EU agrees to redistribute 40,000 migrants across member states
Agreement reached on voluntary basis, suggesting that some countries may not take part in the process
Peter Sutherland: said the migration crisis was a problem “which can only be dealt with collectively, not in isolation to one another”. Photograph: Aidan Crawley
EU leaders defended their decision not to back mandatory quotas for migrants at a summit of EU leaders, pledging to agree a plan to redistribute 40,000 migrants across the European Union by the end of July.
After a highly charged discussion that continued into the early hours of Friday morning, the European Council agreed to relocate 40,000 migrants who have arrived in Italy and Greece across the European Union over the next two years, although crucially they agreed to do so on a voluntary basis, prompting expectations that a number of countries may not take part in the process.
After the two-day summit, which was overshadowed by the continuing Greek bailout crisis, Taoiseach Enda Kenny said Ireland would consider the EU’s relocation proposal and would do what it could to help. Ireland, along with Denmark and Britain, has an automatic opt-out of the proposed legislation.
“At our meeting we also resolved to do more to address the factors that drive people to risk their lives to arrive in Europe. People are coming in from west Africa, from the horn of Africa and also through Libya, ” he said.
Yesterday, UN special representative for migration Peter Sutherland called on Ireland to waive its exemption from the relocation programme and accept an allocation of migrants. Describing the summit’s conclusions as “disappointing”, Mr Sutherland said the migration crisis was a problem “which can only be dealt with collectively, not in isolation to one another”.
After a meeting with Pope Francis in the Vatican, Mr Sutherland said the 20,000 resettlement target and 40,000 relocation target set by the European Union were relatively small, considering that the EU had a population of more than 500 million. “I would also point out that under a 1951 convention, every European country is individually obliged when they take in refugees to keep them,” he said.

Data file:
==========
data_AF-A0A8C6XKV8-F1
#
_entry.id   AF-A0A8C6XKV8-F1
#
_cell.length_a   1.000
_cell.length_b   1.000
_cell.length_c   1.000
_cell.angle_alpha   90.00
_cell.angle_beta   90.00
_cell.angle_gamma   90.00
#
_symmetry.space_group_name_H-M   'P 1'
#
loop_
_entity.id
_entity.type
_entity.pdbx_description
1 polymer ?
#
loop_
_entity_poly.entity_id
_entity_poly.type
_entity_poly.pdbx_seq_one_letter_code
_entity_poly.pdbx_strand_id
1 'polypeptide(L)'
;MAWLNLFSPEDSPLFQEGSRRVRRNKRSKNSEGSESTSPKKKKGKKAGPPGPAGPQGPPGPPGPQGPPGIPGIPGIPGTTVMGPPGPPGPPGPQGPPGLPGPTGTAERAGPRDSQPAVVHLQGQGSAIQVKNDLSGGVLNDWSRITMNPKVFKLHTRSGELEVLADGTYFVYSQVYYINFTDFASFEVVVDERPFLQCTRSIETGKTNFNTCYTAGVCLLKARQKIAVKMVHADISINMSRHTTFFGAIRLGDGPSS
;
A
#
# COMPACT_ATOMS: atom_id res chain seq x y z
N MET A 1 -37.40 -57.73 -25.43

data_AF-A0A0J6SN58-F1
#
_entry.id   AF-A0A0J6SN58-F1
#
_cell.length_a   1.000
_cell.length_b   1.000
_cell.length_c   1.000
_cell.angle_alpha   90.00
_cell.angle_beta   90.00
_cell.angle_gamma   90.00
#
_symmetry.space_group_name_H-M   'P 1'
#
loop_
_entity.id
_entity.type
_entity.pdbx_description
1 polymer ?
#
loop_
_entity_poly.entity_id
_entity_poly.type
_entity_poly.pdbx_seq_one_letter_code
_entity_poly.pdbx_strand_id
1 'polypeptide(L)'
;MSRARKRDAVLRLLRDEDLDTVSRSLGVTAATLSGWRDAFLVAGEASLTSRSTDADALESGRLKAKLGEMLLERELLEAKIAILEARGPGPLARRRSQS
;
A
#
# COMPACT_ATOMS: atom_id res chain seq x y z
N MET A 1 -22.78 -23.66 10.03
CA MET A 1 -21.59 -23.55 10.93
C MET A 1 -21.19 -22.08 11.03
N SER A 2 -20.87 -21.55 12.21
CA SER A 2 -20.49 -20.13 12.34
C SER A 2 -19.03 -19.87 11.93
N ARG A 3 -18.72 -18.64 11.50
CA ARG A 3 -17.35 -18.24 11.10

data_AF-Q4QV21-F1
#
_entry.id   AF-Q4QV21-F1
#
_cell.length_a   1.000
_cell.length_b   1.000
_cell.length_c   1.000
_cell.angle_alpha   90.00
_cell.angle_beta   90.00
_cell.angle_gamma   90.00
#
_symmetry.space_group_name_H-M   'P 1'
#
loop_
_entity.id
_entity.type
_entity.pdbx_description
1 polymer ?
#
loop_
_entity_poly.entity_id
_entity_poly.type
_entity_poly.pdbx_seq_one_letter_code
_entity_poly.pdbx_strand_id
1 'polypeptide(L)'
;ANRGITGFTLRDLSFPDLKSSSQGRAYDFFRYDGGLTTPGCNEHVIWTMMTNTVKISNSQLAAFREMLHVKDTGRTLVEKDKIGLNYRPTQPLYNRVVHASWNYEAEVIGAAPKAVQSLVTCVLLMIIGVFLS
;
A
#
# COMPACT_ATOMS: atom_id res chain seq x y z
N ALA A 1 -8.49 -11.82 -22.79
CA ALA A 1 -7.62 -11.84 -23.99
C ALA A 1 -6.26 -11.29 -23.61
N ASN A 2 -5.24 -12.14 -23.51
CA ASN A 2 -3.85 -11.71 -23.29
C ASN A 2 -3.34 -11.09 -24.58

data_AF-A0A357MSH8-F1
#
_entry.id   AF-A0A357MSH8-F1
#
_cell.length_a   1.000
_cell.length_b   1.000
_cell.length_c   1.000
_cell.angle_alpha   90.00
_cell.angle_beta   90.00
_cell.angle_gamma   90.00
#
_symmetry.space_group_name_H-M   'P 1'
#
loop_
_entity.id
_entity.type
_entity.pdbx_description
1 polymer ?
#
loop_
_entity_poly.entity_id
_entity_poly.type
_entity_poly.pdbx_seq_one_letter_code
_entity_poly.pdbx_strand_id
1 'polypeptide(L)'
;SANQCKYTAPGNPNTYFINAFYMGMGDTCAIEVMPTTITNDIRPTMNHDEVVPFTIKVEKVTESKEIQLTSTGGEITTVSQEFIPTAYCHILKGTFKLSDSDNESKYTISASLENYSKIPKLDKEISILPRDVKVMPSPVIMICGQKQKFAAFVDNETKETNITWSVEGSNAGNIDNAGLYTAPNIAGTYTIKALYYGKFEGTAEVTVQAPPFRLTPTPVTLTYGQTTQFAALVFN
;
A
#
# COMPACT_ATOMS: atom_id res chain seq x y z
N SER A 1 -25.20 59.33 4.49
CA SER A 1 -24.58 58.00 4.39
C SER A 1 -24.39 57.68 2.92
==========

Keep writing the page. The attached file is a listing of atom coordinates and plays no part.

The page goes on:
German chancellor Angela Merkel said after the two-day summit that migration was “one of the greatest challenges that the European Union has had to face until now.” The EU’s response to migration should comprise different elements, including strengthening search and rescue operations, fighting people-trafficking and burden-sharing.
Germany, along with Sweden, accepts one of the highest percentages of migrants each year and has argued that there should be a more equitable distribution of asylum-seekers across the bloc. However member states are reluctant to change the Dublin convention which states that migrants arriving in the European Union should seek asylum in the country where they first arrive.
European Commission president Jean-Claude Juncker, who proposed the contentious mandatory relocation proposal earlier this month, said he would have preferred binding rules, but stressed that it was “the result”, not the method of getting there, that was important.
“The fact remains that the commission proposal remains on the table of the legislature and I have confidence in the wisdom of the Luxembourg presidency that by the end of July we will be able to achieve those results.”
While a number of east European states in particular voiced their opposition to the mandatory relocation plan at the summit, British prime minister David Cameron also signalled his disagreement with the relocation proposal, warning it could be “counterproductive” by encouraging more people to travel from troubled regions of Africa and the Middle East to Europe. Britain has already said it will not opt-in to any EU resettlement or relocation plan.
Medecins sans Frontieres’ Aurelie Ponthieu criticised the EU’s latest migration proposals agreed at the summit. “Policymakers are failing to see that the majority of people have no choice but to come to Europe, fleeing conflict, crisis or chaos in Libya,” she said. “Even without compulsory relocation, reception capacities and services for people arriving in Greece and Italy will urgently need to be improved to deal with people humanely.”